How to convince people that maintenance needs to be done

“We would fight operations just to get a little bit of maintenance on a machine,” says Jason Afara, a Solutions Engineer at Fiix, remembering his time as a maintenance manager.

Although the tension between maintenance and operations isn’t going anywhere, a maintenance plan and maintenance schedule can’t reach its full potential without buy-in from production.

“This is where maintenance departments usually fail because they don’t have data to back up their asks,” says Charles.

“You have to be able to prove your case and show evidence that if you don’t do maintenance on schedule, there will be much worse consequences at some point—probably sooner than later.”

Creating a culture that chooses preventive maintenance over reactive maintenance doesn’t happen in a day. It can take years and a lot of conversations with everyone from CEOs to operators for it to stick.

Scheduling around seasonality and sudden production changes

In a perfect world, plans would never change and your maintenance schedule would run like clockwork. But we don’t live in a perfect world. The holiday season can lead to a huge spike in orders. A global recession could completely dry up demand.

When things shift at your company, your maintenance must shift too. One way to stay flexible is with your maintenance schedule. This doesn’t mean abandoning all the plans you’ve put in place. Actually, it’s the opposite, says Charles.

“This is when it’s super critical to understand your asset criticality and asset priorities,” says Charles.

Knowing the needs of each critical asset is what helps you create schedules and justify maintenance windows required to ensure healthy equipment.

“It also becomes very critical to understand how assets need to be shut down and started back up so that they function as best they can in those situations,” explains Charles.

Plan work orders that cover all the nuances of each equipment and each task. Build airtight SOPs with this information so delays don’t make stopping and starting equipment even harder.

Everything you just read in three sentences

  1. Having crystal clear goals for your work orders will give you a clear direction for all your decisions around maintenance planning and scheduling.
  2. Never set your maintenance schedules in stone and always keep looking for ways to optimize each work order so you’re doing it at the right frequencies.
  3. Your work order plans and schedule won’t always be popular with everyone, but having proof that they work will help you justify your strategy and allow you to follow through with it.

Source: https://www.fiixsoftware.com/blog/maintenance-planning-and-scheduling-best-practices/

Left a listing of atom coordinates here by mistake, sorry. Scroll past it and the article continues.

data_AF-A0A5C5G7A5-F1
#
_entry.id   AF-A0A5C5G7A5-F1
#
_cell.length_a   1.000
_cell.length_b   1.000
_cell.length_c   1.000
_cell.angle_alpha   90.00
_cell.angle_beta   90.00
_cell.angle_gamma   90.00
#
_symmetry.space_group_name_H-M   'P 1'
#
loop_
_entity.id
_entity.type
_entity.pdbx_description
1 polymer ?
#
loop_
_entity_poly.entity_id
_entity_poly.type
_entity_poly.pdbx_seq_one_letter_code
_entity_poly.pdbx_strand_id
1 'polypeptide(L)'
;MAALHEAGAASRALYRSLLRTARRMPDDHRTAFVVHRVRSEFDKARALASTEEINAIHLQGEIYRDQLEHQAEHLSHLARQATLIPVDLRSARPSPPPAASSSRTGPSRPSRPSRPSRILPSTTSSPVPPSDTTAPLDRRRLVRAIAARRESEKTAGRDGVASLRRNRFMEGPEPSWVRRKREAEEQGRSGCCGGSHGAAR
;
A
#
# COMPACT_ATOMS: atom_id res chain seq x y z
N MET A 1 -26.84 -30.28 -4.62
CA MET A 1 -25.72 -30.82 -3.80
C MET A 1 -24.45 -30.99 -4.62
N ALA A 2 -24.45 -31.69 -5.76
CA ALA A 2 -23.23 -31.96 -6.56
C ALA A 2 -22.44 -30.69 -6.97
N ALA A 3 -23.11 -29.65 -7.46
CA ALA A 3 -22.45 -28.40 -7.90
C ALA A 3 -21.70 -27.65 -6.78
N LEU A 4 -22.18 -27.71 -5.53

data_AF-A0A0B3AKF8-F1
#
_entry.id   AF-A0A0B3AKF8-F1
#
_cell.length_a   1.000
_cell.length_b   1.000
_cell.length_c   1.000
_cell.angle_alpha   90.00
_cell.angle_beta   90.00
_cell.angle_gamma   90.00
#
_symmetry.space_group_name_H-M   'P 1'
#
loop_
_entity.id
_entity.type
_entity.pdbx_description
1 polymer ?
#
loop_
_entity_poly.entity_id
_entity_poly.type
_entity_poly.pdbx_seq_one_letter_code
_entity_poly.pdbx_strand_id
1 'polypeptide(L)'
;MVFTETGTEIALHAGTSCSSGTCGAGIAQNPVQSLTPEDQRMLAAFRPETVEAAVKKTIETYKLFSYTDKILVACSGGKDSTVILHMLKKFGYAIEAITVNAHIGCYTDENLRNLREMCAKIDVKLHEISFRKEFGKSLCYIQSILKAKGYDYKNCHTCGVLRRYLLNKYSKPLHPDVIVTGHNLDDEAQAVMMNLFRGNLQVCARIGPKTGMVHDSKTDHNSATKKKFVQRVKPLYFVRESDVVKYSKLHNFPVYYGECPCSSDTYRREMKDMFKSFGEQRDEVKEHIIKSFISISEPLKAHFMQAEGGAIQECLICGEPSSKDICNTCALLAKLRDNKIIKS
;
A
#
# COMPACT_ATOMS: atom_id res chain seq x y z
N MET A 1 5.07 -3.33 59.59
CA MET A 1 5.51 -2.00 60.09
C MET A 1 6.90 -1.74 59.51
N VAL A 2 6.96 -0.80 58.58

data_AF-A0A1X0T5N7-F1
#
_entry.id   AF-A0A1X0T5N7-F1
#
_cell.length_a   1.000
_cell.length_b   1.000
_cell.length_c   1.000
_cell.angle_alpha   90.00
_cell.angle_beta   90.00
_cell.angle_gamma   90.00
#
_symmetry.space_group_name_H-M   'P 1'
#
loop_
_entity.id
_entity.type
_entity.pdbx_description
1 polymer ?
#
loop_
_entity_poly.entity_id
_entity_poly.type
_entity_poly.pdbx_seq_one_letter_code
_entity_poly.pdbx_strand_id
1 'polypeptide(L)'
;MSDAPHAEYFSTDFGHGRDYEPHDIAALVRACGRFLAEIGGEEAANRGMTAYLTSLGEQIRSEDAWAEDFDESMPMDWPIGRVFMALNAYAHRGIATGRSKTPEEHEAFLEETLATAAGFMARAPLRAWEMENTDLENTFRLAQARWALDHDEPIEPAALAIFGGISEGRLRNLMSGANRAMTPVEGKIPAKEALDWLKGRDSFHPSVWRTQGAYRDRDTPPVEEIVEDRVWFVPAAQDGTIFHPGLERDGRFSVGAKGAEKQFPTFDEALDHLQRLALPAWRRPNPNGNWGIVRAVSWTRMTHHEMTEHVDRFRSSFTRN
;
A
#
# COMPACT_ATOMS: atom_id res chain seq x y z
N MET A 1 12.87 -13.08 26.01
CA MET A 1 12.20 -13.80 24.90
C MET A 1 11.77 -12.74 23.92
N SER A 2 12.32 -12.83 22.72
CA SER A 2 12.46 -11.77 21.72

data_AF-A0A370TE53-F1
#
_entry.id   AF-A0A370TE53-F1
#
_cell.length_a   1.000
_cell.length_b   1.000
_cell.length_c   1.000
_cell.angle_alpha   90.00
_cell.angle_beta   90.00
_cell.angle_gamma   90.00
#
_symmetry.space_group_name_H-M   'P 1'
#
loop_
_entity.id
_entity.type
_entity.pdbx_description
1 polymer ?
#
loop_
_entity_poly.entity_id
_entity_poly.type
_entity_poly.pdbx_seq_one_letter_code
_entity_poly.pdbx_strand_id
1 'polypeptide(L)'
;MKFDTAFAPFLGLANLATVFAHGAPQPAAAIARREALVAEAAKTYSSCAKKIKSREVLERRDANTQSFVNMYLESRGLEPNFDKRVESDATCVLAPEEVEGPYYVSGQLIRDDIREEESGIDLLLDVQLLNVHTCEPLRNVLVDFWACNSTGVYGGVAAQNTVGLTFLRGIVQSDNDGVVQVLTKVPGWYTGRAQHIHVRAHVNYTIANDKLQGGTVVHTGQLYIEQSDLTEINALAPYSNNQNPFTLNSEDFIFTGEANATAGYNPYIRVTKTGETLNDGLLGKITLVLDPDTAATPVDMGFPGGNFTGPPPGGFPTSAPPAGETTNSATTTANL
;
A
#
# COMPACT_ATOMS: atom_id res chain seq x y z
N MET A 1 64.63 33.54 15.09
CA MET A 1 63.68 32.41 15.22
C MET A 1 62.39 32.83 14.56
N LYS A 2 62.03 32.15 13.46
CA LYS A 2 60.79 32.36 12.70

A short guide to designing work orders for better preventive maintenance, data, and more

How a bad work order can wreak havoc

A few words can make or break a maintenance team. Work orders are proof of that.

“In the past, bad decisions were made because we didn’t have accurate work order information,” said Tim Davison, Asset CARE planner for MillerCoors, in this case study by Reliable Plant.

A failure-prone fan at a MillerCoors site is proof of this. The fan failed three times in 18 months. A vibration analysis had found anomalies a month before the third failure, but maintenance wasn’t scheduled or prioritized before the fan failed.

The lesson: Work orders weren’t set up properly, causing important maintenance to be missed.

If this can happen to one of the world’s biggest brewers, it can happen to anyone. That’s why this article is going back to basics and exploring strategies for creating world-class work orders. It will provide the building blocks for great work order processes, from start to finish.

Five key strategies for managing maintenance work orders

Just like every asset at your company, your work orders need standard operating procedures. SOPs give you a baseline for creating, reviewing, and optimizing every job you do.

#1: Deciding on goals and measurements for your work orders

It’s important to know what information you want from a work order when you set them up. Work order and maintenance metrics deserve their own article entirely, but the chart below will give you a good framework to start from.

#2: Define roles and responsibilities

Create clearly defined roles and responsibilities for each part of the work order process. Outline who can create, assign, prioritize, complete, and review work orders. This will help you avoid duplicate or unauthorized work and miscommunication.

#3: Decide on your work order frequencies

OEMs and the knowledge of veteran staff usually decide the frequency of scheduled maintenance. This can give you a good baseline, but it’s not an exact science. Decide how often to review frequencies so you can spot work you’re doing too often or not often enough.